Another game-changing program that recognizes the unparalleled value of peer support is the Lead A Change Project, created by the Building Audacity organization. This project teaches young people ages 11–25 the basics of community organizing and implementation. Participants learn from their peers the vital processes of community building and program development, how to effectively communicate with local leaders, and get the chance to effect change in their communities. Building Audacity understands that involving youth voices in youth program development is crucial for them to be effective. By allowing youth to play pivotal roles in their future, programs like this are fostering a generation of people who can recognize a problem and bring about actual solutions for the betterment of themselves and their peers.

Despite not having access to programs like these, I found a way to forge my path in the world of youth in recovery through advocacy and public speaking. But my journey might have been easier with access to peer programs. What began as a simple attempt at showing the world that young people also struggle blossomed into developing a platform that has allowed me to share my experience with others struggling with isolation, stigma, and feeling disadvantaged. I am encouraged by these programs that incorporate youth voices when seeking solutions to a system filled with gaps and disparity. By elevating the youth perspective and promoting formal and informal youth peer services, we can improve youth mental health care and implement preventive measures earlier in life.



The Capital City Emergency “Level II” Trauma & Wellness Center will house a “state of the art” Outreach Community Resource Center, that will provide case management, mental health community advocacy, and oversight from the M.I. Mother’s Keeper mental health advocates. 
The Capital City Emergency “Level II” Trauma & Wellness Center will offer patrons access to immediate coverage by general surgeons as well as coverage by the specialties of orthopedic surgery, neurosurgery, anesthesiology, emergency medicine, radiology and critical care.
Our goal is to help people in the best way possible in an effort to preserve and to save more lives in the Nation’s Capital and beyond.

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Child Sex Assault Victim
Domestic Violence Victim
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and more…

Mental Health

At Capital City Emergency Trauma & Wellness Center patrons with mental health emergencies that include life threatening situations in which an individual is imminently threatening harm to self or others, severely disoriented or out of touch with reality, has a severe inability to function or is otherwise distraught and out of control, will have access to quality and psychiatric emergency services and referrals.

Physical Health

Whether your life threatening medical emergency involves excessive or uncontrollable bleeding, head injury. difficulty with breathing, severe pain, heart attack, vision impairments, stroke, physically collapsing, or seizure related, rest assured that our professionals will properly assess and evaluate the level of response that will be most needed to help provide stabilized care solutions and minimize complications as well as reduce early mortality.

Holistic Healthcare

We offer healthcare solutions that will support the whole person which includes their physical, psychological, emotional, social, & spiritual wellbeing. Research supports that because your mental state can affect your overall health we support and offer the inclusion of complimentary and alternative medicine(CAM) practitioners and naturopathic doctor recommendations and referrals as a part of our Outreach Community Resource Center’s care regimen and support.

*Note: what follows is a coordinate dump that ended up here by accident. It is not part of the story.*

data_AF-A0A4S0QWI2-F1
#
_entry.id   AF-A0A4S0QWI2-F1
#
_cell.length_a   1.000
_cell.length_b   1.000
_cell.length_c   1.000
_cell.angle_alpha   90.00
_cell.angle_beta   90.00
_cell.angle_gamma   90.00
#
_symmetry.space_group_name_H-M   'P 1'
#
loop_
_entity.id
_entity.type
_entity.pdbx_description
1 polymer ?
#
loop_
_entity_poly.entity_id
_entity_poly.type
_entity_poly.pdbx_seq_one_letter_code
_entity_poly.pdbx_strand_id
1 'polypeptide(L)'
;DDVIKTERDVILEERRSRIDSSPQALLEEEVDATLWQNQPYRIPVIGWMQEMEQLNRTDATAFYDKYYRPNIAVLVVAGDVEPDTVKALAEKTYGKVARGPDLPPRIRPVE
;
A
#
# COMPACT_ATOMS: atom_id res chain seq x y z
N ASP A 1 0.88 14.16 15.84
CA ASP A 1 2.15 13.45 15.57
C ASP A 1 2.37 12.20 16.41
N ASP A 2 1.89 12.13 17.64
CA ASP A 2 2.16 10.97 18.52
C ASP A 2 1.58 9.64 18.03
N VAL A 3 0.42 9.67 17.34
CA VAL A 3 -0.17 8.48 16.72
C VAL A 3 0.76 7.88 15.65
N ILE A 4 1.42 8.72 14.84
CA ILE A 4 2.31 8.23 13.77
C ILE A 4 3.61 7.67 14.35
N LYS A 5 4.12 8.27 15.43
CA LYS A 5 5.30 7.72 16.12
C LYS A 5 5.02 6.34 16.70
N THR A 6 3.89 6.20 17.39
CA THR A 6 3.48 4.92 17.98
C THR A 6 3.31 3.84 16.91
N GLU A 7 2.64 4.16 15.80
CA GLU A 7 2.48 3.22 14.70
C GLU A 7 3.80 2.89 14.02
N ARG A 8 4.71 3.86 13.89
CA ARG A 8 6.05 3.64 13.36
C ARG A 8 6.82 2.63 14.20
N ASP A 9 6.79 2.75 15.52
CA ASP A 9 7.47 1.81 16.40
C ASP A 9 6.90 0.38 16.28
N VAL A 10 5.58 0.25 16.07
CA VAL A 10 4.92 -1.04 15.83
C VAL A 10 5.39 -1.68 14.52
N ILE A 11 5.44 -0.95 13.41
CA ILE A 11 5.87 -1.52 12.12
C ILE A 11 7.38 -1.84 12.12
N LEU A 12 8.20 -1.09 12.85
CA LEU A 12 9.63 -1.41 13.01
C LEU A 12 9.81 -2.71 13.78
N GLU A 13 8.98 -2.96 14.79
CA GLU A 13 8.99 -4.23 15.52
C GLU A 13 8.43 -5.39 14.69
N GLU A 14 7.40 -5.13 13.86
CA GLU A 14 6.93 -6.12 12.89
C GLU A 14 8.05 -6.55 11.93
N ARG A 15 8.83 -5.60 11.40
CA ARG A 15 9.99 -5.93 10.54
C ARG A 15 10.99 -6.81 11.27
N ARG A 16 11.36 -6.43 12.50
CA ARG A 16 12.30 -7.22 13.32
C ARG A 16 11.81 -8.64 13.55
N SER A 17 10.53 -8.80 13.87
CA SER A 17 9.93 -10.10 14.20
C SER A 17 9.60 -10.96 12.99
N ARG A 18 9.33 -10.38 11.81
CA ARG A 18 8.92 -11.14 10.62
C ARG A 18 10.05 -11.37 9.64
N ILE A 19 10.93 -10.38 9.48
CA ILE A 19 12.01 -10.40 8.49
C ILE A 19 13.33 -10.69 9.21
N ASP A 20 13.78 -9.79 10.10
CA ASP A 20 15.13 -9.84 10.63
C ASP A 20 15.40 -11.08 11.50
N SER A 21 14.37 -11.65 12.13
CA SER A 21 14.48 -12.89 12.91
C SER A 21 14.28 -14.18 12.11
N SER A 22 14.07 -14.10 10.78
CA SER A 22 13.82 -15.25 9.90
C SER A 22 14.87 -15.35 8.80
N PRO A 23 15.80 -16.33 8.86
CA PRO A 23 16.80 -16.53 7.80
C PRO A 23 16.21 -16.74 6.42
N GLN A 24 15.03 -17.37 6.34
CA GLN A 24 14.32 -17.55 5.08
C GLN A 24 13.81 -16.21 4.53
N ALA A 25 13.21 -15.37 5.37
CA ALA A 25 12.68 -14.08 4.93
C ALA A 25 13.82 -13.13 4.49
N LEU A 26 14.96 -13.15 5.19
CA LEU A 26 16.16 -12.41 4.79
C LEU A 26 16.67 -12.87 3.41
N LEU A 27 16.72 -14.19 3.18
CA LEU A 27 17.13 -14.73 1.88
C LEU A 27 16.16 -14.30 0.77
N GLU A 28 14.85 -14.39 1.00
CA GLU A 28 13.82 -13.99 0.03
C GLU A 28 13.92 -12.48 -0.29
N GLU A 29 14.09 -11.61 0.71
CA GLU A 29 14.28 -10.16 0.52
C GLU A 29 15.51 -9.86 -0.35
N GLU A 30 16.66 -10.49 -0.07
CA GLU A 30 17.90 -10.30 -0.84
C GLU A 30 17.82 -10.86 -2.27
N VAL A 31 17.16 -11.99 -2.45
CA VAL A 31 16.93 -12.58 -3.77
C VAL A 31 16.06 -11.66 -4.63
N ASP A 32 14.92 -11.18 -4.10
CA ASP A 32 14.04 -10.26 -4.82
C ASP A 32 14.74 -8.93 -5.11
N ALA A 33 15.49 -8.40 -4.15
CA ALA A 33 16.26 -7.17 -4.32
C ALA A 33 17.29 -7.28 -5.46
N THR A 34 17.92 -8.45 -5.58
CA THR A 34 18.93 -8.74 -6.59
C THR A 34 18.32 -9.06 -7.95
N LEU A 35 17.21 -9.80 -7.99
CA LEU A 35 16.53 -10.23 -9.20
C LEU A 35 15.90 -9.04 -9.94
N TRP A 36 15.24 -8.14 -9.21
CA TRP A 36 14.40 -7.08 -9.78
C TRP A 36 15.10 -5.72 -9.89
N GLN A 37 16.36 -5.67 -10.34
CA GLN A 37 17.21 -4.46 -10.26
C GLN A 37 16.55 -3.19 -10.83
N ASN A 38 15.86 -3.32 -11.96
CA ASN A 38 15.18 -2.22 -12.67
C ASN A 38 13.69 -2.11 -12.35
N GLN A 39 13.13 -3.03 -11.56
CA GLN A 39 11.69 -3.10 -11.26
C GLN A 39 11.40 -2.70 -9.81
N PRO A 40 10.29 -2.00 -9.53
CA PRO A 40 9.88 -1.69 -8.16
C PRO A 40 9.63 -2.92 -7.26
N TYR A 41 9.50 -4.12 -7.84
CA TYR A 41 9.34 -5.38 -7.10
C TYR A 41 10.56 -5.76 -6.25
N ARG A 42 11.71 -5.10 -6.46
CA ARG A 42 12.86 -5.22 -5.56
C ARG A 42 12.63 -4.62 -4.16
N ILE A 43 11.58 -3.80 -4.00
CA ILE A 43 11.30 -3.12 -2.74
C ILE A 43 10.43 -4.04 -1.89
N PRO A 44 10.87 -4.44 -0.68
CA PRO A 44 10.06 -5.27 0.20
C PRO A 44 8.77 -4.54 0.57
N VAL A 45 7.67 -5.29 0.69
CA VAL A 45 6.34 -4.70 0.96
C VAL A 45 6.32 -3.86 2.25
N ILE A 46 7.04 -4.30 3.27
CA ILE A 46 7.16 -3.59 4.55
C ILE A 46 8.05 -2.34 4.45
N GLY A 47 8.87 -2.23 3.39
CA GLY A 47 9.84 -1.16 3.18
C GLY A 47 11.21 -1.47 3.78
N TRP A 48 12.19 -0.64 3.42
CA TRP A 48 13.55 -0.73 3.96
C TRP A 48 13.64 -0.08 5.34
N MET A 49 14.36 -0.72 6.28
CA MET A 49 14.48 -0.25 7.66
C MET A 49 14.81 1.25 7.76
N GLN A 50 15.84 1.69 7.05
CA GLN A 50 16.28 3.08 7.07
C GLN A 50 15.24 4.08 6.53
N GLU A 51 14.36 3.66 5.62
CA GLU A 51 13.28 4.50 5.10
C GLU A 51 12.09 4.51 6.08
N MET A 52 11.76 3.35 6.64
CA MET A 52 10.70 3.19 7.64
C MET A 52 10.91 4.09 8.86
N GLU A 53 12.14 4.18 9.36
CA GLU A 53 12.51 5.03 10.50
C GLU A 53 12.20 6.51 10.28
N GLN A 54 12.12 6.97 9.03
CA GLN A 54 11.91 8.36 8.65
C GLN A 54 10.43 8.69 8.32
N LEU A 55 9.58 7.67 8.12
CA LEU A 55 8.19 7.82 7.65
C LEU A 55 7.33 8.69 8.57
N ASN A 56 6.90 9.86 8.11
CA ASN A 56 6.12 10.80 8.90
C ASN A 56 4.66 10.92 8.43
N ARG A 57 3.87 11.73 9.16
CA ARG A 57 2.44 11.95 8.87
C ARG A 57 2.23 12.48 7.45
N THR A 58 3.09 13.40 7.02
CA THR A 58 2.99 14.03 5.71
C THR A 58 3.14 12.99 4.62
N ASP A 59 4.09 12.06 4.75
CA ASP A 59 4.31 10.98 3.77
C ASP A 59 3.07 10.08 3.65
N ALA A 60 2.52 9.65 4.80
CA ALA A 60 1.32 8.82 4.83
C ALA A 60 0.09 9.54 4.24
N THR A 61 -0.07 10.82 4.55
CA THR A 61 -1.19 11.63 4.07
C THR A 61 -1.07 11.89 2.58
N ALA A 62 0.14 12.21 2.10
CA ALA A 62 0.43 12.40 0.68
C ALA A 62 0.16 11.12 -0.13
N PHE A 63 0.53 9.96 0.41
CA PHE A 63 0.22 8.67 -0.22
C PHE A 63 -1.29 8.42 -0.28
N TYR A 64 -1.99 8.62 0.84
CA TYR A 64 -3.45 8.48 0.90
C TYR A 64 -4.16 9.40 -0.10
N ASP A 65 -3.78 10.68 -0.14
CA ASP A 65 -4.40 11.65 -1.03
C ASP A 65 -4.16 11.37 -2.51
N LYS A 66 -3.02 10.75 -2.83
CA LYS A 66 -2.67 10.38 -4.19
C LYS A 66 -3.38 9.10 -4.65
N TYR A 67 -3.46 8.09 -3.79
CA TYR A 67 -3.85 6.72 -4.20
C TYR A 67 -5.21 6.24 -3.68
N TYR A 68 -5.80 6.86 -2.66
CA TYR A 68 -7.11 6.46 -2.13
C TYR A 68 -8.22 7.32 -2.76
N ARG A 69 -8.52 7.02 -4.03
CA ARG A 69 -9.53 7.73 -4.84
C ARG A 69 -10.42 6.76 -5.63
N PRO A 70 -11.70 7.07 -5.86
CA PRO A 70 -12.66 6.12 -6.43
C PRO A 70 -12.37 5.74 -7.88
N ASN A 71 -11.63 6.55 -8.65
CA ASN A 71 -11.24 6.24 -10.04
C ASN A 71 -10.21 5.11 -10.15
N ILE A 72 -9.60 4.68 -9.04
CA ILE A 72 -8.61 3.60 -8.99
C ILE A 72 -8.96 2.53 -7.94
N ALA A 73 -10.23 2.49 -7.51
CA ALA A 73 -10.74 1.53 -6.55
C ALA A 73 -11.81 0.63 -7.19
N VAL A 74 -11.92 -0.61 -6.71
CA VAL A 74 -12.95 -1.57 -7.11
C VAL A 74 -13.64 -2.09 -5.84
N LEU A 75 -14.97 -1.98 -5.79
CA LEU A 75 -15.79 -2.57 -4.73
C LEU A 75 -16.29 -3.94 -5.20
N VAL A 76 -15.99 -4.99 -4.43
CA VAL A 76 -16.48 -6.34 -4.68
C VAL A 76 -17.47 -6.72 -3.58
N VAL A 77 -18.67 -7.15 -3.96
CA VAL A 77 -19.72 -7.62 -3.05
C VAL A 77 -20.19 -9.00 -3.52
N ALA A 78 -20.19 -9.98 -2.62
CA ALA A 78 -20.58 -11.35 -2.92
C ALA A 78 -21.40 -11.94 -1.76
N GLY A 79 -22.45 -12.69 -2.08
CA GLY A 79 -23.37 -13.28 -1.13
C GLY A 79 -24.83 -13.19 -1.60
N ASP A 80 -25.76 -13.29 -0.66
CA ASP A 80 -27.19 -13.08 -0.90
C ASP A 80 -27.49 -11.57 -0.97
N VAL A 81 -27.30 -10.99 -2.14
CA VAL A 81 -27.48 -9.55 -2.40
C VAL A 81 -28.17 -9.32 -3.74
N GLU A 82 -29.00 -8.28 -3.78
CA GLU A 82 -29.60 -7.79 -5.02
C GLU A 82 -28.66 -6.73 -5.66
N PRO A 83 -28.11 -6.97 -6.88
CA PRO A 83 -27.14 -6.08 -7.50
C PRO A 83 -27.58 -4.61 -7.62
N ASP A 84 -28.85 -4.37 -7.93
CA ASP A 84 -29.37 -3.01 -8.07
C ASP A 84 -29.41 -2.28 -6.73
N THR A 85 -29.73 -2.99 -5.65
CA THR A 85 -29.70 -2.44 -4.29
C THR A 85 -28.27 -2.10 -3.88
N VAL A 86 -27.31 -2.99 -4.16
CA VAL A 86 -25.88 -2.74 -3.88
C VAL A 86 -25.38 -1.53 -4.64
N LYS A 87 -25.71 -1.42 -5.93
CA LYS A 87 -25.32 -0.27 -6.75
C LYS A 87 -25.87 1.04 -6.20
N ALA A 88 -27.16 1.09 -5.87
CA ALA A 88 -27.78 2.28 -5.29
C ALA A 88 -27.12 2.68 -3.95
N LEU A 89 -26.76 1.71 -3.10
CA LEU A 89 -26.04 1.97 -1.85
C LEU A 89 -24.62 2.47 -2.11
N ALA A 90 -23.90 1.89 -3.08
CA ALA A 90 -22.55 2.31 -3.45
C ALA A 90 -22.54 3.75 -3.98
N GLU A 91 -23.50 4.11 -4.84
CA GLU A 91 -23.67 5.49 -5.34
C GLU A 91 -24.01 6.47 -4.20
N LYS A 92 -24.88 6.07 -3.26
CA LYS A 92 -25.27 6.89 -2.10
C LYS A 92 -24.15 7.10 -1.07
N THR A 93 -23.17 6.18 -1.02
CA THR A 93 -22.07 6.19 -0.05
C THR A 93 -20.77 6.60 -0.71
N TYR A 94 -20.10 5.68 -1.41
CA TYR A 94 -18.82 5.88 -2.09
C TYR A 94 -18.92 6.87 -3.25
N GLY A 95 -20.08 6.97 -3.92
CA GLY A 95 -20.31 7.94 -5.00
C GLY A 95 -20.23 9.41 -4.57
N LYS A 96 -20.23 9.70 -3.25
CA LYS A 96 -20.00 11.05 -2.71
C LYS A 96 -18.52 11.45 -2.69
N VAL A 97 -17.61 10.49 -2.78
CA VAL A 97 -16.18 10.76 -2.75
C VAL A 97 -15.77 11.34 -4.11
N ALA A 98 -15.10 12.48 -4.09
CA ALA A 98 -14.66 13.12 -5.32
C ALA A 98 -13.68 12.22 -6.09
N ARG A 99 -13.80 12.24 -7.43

Emergency care can typically result in traumatic injuries for which rehabilitation becomes an essential component of care in trying to achieve the best long-term outcomes for the patient. In addition to speeding up recovery times and helping to prevent further complications, rehabilitative care also helps to support a patient’s self-managed recovery once discharged from our facility. Our Outreach Community Resource Center works closely with our trauma center’s discharge department to assure that patrons requiring these services are linked with qualified professionals who will be accountable to the standard of care required to help the patron be successful in their recovery.

Social Services

Our “state of the art” Outreach Community Resource Center intends to promote “expansive” beneficial community enriching services, programs, case management, & linkage to “approved” partner resources and supports in all of the following intended areas and more:

Social Services

  • Clothing
  • Food Pantry
  • Housing/Shelter
  • I.D. Credentials
  • Senior Wellness Check
  • Toiletries
  • Transportation
  • Etc.

Extended Family Services

  • Child Care
  • Credit Counseling
  • Family Court Services
  • Legal Aide

Career Training

  • Apprenticeship programs
  • Computer/Graphics Training
  • Culinary Program  
  • GED Courses
  • Hospitality Training
  • Job Etiquette & Grooming
  • Resume’ Prep
  • Sales Training
  • Software/Technology workshops
  • Small Business Training

Return Citizen
Program Partner
(Bridging the Gap)

  • Case Management
  • Temporary Boarding/Housing
  • Transitional Program Registration

Prevention/Intervention Outreach,
Workshops, & Programs

  • After-school Behavioral Health Program
  • Civic Engagement / Volunteer Sign-up
  • Fatherhood Rites of Passage
  • Gun Violence Town Hall Forum
  • Life Coaching & Coping Strategies
  • Marriage Counseling Workshops
  • Medicare Informational Workshops
  • Mentorship Training
  • Parental Classes
  • Support Groups
  • Town Hall Discussions
  • Violence De-Escalation Training
  • Voter Registration

Nutritional Outreach

  • Cooking Demonstrations
  • Dietary Programs
  • Exercise Classes
  • Recipe Sharing Workshops
  • Meal Prep

Community Outreach

The Healthy DC & Me Leadership Coalition is partnering with the M.I. Mother’s Keeper Mental Health advocacy organization to provide outreach services on the community level as an aid in reducing the existent health inequities that many District citizens are facing as a direct result of the presence of debilitating social determinants and the lack of culturally appropriate care choices and realities for community members residing in marginalized and lower-income communities.

It is the vision and intentions of the M.I. Mother’s Keeper Mental Health Advocates organization to help improve the quality of living for citizens living in our Nation’s Capital and beyond by overseeing the delicate linkage to services and by maintaining higher standards of care accountability for deserving citizens of the Nation’s Capital.